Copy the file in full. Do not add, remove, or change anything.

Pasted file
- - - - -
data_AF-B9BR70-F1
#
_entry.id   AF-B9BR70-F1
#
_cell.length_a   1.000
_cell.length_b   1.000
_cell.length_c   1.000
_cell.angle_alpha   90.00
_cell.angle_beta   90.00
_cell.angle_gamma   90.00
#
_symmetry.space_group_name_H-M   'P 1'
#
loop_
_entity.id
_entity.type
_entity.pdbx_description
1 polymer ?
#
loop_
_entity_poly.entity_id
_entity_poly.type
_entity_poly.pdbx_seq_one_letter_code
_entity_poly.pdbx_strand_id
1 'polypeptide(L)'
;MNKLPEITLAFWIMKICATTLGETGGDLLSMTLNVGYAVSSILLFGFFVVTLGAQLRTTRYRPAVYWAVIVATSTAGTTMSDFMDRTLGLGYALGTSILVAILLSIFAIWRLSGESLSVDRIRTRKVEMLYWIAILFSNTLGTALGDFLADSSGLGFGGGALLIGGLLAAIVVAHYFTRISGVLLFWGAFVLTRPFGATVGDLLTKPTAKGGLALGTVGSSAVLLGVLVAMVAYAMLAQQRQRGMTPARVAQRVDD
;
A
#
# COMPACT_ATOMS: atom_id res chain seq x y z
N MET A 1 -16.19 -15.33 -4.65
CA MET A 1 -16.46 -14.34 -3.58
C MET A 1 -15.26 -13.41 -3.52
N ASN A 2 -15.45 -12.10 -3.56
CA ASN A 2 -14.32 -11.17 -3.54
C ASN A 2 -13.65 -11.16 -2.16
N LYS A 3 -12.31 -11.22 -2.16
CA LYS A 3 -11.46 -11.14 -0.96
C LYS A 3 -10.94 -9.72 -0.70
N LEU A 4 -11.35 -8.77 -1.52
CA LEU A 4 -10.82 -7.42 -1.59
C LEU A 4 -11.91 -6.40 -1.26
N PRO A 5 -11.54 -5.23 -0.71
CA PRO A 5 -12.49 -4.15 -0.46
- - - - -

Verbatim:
data_AF-B9BR70-F1
#
_entry.id   AF-B9BR70-F1
#
_cell.length_a   1.000
_cell.length_b   1.000
_cell.length_c   1.000
_cell.angle_alpha   90.00
_cell.angle_beta   90.00
_cell.angle_gamma   90.00
#
_symmetry.space_group_name_H-M   'P 1'
#
loop_
_entity.id
_entity.type
_entity.pdbx_description
1 polymer ?
#
loop_
_entity_poly.entity_id
_entity_poly.type
_entity_poly.pdbx_seq_one_letter_code
_entity_poly.pdbx_strand_id
1 'polypeptide(L)'
;MNKLPEITLAFWIMKICATTLGETGGDLLSMTLNVGYAVSSILLFGFFVVTLGAQLRTTRYRPAVYWAVIVATSTAGTTMSDFMDRTLGLGYALGTSILVAILLSIFAIWRLSGESLSVDRIRTRKVEMLYWIAILFSNTLGTALGDFLADSSGLGFGGGALLIGGLLAAIVVAHYFTRISGVLLFWGAFVLTRPFGATVGDLLTKPTAKGGLALGTVGSSAVLLGVLVAMVAYAMLAQQRQRGMTPARVAQRVDD
;
A
#
# COMPACT_ATOMS: atom_id res chain seq x y z
N MET A 1 -16.19 -15.33 -4.65
CA MET A 1 -16.46 -14.34 -3.58
C MET A 1 -15.26 -13.41 -3.52
N ASN A 2 -15.45 -12.10 -3.56
CA ASN A 2 -14.32 -11.17 -3.54
C ASN A 2 -13.65 -11.16 -2.16
N LYS A 3 -12.31 -11.22 -2.16
CA LYS A 3 -11.46 -11.14 -0.96
C LYS A 3 -10.94 -9.72 -0.70
N LEU A 4 -11.35 -8.77 -1.52
CA LEU A 4 -10.82 -7.42 -1.59
C LEU A 4 -11.91 -6.40 -1.26
N PRO A 5 -11.54 -5.23 -0.71
CA PRO A 5 -12.49 -4.15 -0.46